[DEEP DIVE] MOTO JACKET
Welcome back to "DEEP DIVE". In this series we offer a glimpse of the Engineered Garments skeleton, the root system of an otherwise opaque brand. Inspiration for many items we cover comes from classic USA workwear, traditional, or military styles of the 1950s, 60s, and 70s. This time, we examine the Engineered Garments Moto Jacket, an item that - despite its military heritage - showcases the influence of 1980s fashion on the brand.
Emerging from the dilapidation of the previous decade, 1980s New York City was flush with money and full of contradiction. Riding the back of a soaring stock market, newly minted young professionals both clashed and mingled with the downtown creative vanguard - creating a strange affair between high excess and gritty expression. The city became a fashion mecca, trailblazing modern styles and setting the sartorial tone for the country. Following the “Black Monday” stock market crash of 1987, the party abruptly ended. While the legacy of the 1980s continues to be overlooked today, Engineered Garments takes the opportunity to restore and cherish some of its important sartorial contributions.
As a young man, designer Daiki Suzuki discovered the American Traditional and Ivy style that would go on to form the pillars of Engineered Garments’ design aesthetic. But his interest in fashion did not stop there - he also cultivated an obsession with Japanese DC (designer character) brands like BIGI Melrose and Yohji Yamamoto. And in the 1980s, he began reading columns written by Yoko Hamada and published in Japanese periodical Men’s Club. Married to an American socialite and residing in New York, Ms. Hamada brought up-to-date news to Japanese readers about the city’s happenings and the flurry of designers making waves. To Daiki, nothing could be more exciting. From them on he was permanently enamored with the city.
Daiki learned even more about designers like Perry Ellis, Alexander Julian, and Willi Smith from used copies of GQ, Detail Magazine, and Italian Vogue Homme. Unlike the copies of Men’s Club or Popeye which were printed in his native Japanese, he was unable to read the foreign magazines, and so focused on the images - taking note of how these brands shifted traditional men’s clothing. Traditional sportswear and workwear pieces were reimagined with punched-out proportions or constructed from patterned fabrics and bright colors - all of which pushed men’s fashion forward.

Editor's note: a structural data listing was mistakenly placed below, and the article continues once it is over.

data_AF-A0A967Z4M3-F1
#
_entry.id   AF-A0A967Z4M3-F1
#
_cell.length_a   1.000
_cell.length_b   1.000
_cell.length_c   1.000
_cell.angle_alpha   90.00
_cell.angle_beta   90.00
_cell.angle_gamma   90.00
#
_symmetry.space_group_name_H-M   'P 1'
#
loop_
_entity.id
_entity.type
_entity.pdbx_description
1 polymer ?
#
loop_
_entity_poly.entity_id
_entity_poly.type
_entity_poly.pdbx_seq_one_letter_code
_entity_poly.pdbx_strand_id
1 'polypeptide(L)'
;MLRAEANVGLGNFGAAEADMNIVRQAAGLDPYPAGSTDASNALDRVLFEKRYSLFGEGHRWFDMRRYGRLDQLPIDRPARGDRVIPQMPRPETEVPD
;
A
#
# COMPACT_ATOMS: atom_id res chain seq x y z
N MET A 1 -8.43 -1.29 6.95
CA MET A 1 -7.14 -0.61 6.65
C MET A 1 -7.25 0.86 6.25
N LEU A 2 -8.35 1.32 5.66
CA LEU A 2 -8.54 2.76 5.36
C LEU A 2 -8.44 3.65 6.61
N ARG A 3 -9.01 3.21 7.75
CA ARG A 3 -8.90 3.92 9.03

Which brings us to the Engineered Garments Moto Jacket. The design itself comes from the “Ordonnansjacka” - Dispatch Jacket - used by Swedish Army motorcyclists. Dating as far back as 1915, the jacket was originally manufactured in leather before transitioning to an olive green cotton canvas material in the 1960s. The military-style map pocket is enhanced by a touch of creative tailoring, sporting a piece of fabric under the top opening to protect the contents from rain as well as an additional side entry.
Daiki deftly weaves together his love for military fashion and 80s design. Military components are stripped down - buttons traded for snaps, waist belt simplified, mouton collar removed. By focusing on the original silhouette of the jacket, the 80s style drop shoulders and tight waist are showcased and the item’s blouson shape becomes apparent.
Engineered Garments is most often associated with mid-20th century American fashion - and rightfully so, as the clothing from this time frame do play an important role in shaping the brand’s identity. However, the era’s mindset and attitude aesthetic still play an important role for the brand. From deciding how to correctly rework the proportions of a popover shirt, to the choice to manufacture a sportcoat from Multi Color Poly Acetate Lurex Jacquard, the inheritance of the 1980s lives on through all of Daiki’s products. The Moto Jacket stands as a more vivid refinement of these ideas.
The Moto Jacket is available the following fabrics:
- Black Cotton Duracloth Poplin
- Grey CP Waffle
- Natural 6.5oz Flat Twill
- Olive Cotton Ripstop
Available in-store and online at nepenthesny.com